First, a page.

It was originally published under the title The Sunita Experiment in 1993 and I believe it is Mitali Perkins's debut novel. I thought that Perkins did a phenomenal job capturing Sunita's personality and her conflicted feelings about her heritage. I read this on the heels of Born Confused, Bombay Blues and a few other more current books about Indians or Indian Americans, and I felt that even though this came out 23 years ago, it doesn't feel at all dated except that no one has a cell phone.

Actually the only thing I didn't like was Sunita's daydreaming scenes related to her favorite movie Casablanca. Even though I got the significance of them in terms of her awakening awareness of how other cultures are presented in movies (and books), I still felt it interfered with the narrative flow, but not to the point that I wouldn't still highly recommend this book to readers.

This book is recommended for readers age 11+
This book was purchased for my personal library

This review was originally posted on Randomly Reading

dandelionfluff's review against another edition

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I'm a bit hesitant on this one. Firstly, I'm sure someone out there would read this and see parts of themselves reflected back. For people outside this cultural sphere, it can provide insight into the identity crisis some people have, being the children of immigrants or part of a family with roots outside of America. I'm sure this would be valuable to have in a library, too, as a conversation-starter... But I felt that other books might tackle this conversation with greater depth.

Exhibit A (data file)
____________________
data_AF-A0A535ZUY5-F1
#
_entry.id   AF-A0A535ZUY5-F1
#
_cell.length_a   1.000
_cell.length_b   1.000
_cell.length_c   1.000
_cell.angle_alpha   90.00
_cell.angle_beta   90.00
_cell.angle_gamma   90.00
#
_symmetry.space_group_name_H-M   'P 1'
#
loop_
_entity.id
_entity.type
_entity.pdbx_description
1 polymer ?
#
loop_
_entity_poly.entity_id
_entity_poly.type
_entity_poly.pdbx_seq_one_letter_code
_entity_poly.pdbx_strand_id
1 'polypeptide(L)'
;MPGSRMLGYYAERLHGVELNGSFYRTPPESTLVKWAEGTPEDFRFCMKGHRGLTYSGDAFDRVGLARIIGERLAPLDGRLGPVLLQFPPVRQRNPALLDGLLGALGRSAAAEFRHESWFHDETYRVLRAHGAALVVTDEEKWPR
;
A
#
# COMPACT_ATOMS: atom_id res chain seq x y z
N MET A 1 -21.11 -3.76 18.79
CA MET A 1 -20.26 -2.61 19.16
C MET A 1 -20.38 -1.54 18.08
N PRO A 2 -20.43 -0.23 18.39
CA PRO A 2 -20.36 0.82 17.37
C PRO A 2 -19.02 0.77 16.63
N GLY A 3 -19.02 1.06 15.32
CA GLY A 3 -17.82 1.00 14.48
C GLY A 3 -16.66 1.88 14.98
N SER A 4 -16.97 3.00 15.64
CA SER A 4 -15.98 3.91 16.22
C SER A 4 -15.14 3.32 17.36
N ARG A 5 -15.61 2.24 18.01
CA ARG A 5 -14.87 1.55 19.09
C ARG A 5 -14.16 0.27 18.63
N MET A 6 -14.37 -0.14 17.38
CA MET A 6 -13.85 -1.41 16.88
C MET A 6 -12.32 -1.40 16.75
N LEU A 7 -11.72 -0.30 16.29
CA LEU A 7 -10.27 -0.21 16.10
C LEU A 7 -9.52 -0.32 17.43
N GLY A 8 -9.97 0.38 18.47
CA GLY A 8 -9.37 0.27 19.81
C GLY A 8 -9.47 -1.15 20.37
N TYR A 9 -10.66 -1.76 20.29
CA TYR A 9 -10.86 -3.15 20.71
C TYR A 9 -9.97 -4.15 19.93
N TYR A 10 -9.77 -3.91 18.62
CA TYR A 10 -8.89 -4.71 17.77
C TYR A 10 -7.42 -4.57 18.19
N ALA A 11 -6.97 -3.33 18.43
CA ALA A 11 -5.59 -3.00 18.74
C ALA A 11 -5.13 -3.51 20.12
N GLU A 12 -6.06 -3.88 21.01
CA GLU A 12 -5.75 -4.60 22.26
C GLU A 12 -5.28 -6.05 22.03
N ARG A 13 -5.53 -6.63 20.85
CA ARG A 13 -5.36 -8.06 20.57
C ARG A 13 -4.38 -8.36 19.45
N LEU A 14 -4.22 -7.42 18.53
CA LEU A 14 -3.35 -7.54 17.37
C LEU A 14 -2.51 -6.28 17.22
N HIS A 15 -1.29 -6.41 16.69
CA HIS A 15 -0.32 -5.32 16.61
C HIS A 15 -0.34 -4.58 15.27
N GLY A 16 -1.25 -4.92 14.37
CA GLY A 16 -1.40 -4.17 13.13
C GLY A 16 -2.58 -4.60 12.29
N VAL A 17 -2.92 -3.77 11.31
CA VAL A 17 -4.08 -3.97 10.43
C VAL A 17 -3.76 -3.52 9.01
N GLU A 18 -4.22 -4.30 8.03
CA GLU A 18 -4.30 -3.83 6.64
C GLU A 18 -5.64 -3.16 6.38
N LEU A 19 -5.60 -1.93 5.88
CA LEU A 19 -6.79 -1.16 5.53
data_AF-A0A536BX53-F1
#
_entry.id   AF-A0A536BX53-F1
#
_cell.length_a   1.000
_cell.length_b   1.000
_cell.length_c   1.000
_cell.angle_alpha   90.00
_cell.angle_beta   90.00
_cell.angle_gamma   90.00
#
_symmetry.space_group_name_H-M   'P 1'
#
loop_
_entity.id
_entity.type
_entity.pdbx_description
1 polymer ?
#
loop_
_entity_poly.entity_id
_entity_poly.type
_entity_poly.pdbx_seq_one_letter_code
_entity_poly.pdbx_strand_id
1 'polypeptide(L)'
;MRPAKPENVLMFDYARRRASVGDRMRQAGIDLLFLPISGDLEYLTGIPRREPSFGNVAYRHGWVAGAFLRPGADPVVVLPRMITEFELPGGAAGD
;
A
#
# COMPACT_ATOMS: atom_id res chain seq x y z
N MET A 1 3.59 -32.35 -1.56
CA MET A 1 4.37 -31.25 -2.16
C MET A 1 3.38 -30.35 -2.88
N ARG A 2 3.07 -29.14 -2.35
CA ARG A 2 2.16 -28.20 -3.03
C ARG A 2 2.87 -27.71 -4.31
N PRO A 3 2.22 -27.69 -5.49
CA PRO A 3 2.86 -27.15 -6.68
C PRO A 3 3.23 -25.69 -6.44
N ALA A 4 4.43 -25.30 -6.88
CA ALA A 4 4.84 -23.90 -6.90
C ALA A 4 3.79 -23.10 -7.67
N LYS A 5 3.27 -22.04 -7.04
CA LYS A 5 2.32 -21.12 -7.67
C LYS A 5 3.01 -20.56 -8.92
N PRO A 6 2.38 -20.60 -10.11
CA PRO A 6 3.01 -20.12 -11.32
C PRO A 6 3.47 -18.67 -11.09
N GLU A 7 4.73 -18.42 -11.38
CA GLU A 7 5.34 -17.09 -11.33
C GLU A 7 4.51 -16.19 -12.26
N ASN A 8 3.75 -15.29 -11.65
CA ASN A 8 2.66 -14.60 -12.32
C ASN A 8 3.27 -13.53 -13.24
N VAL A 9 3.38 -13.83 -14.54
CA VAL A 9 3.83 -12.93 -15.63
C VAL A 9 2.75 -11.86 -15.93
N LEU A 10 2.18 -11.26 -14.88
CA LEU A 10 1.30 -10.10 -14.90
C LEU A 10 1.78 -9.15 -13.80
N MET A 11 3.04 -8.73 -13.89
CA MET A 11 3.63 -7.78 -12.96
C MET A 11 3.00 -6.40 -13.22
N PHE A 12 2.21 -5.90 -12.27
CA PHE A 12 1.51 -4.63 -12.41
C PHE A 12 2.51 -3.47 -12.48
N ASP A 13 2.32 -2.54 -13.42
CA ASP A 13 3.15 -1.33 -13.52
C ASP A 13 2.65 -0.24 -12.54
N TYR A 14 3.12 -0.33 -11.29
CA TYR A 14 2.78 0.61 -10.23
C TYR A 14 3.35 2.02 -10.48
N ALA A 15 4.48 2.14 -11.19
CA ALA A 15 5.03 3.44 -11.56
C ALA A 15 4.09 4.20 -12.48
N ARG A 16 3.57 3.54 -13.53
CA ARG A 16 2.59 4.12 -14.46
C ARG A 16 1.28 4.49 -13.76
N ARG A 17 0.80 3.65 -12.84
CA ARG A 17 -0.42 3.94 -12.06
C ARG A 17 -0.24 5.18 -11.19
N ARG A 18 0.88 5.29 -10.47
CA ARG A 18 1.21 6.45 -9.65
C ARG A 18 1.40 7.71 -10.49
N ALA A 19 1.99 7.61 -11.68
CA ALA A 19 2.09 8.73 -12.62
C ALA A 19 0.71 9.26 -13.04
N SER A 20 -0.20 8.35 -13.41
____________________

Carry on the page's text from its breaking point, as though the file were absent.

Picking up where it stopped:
SpoilerSunita Sen struggles with her Indian heritage, longing for a truly American identity, but the entire journey is rather... annoying. I wished she would stop incessantly complaining, even if it is a rather accurate picture of a disenchanted middle schooler. Even when she yells at her mother, is reprimanded by her father, is told she's going to an Indian festival regardless of her attitude, the whole thing is made a non-issue in a heartbeat, with no further repercussions for her being a total jerk. At this point, a little over halfway through the book, I started speed-reading.

Geetie, her sister, is painted as a liberal vegetarian eco-warrior feminist in such an eye-rolling way that I flipped through even faster, never being so taken with anything that I'd slow down. In the end, Sunita becomes a bit more comfortable with herself, but I appreciated her grandparents more than anything. Her Dadu, especially, was a very wise, compassionate, patient character. Her parents, too, were more interesting to me, with her mom struggling to be a good Indian daughter. I dunno. Just finished this feeling a bit relieved that I didn't have to endure Sunita's immaturity any more.